In this post, we will discuss IC Packaging or Integrated Circuit Packaging. In this process, we will also learn about the Dual-in-line package or DIP IC Package, and Surface Mount IC packages (SMT) packages.
IC Packaging | Integrated Circuit Packaging
A traditional type of IC is illustrated in Fig1(a). This case style is referred to as a dual in-line package (DIP) by IC manufacturers. This particular IC is called a 14-pin DIP IC.
Dual-in-line package | DIP IC Package
Just counterclockwise from the notch on the IC in Fig. (a) is pin 1. The pins are numbered counterclockwise from 1 to 14 when viewed from the top of the IC. A dot on the top of the DIP IC as in Fig.(b) is another method used to locate pin 1.
The ICs in Fig. (a) and (b) have longer pins that are commonly inserted through holes drilled in a printed circuit board and soldered to copper traces on the bottom. The two ICs in Fig.(c) and (d) are much smaller and have shorter pins bent to be soldered to the traces on the top of the PC board.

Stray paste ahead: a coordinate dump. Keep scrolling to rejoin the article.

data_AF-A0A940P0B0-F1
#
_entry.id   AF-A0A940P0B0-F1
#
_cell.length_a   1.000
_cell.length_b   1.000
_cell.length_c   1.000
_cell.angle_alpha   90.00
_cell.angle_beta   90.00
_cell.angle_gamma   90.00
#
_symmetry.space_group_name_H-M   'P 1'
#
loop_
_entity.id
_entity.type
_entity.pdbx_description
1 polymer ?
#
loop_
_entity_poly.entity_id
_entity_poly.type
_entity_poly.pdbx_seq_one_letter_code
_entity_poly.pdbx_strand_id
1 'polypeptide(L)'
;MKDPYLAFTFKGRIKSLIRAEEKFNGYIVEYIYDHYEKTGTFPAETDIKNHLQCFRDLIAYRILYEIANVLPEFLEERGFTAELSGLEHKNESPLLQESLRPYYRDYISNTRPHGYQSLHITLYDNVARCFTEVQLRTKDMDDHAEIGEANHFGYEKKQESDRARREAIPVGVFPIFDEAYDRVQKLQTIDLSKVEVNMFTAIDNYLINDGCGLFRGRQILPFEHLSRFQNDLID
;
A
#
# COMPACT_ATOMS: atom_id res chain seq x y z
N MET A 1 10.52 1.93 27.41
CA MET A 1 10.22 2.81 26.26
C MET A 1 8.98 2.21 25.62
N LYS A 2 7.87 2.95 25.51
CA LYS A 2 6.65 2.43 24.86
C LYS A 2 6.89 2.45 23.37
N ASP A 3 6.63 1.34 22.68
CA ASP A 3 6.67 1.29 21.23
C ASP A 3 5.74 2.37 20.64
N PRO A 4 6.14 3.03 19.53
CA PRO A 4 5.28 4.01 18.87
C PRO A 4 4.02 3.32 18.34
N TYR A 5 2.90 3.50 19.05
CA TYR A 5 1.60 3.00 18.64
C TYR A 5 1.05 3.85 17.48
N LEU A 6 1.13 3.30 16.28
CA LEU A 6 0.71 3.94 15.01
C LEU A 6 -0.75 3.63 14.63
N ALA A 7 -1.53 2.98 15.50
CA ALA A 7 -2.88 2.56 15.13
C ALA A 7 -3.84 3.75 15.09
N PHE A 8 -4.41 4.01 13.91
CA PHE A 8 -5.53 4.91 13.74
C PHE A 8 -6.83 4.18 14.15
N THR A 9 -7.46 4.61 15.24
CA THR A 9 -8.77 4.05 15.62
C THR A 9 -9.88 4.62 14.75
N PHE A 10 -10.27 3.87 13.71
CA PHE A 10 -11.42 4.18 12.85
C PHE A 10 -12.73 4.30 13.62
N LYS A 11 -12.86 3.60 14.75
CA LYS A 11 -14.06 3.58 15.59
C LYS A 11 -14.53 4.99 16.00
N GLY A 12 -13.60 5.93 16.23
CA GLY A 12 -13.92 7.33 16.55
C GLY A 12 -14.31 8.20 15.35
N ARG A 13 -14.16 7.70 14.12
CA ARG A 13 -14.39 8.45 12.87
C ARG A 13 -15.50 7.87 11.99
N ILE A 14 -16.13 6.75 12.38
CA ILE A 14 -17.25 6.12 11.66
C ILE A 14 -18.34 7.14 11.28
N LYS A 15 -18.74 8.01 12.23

Surface mount IC packages
Surface mount IC packages – The smaller micro packages in Fig. (c) and (d) are commonly called surface-mount technology (SMT) packages. The SMT packages are typically much smaller in order to save PC board space and are easier to align when being positioned and soldered using automated manufacturing equipment. Two methods of locating pin 1 on the small SMT packages are illustrated in Fig.(c) and (d).
In your lab, you will probably use the larger DIP IC, which is shown in Fig.(a) with long pins because they can be inserted into a solder-less breadboard.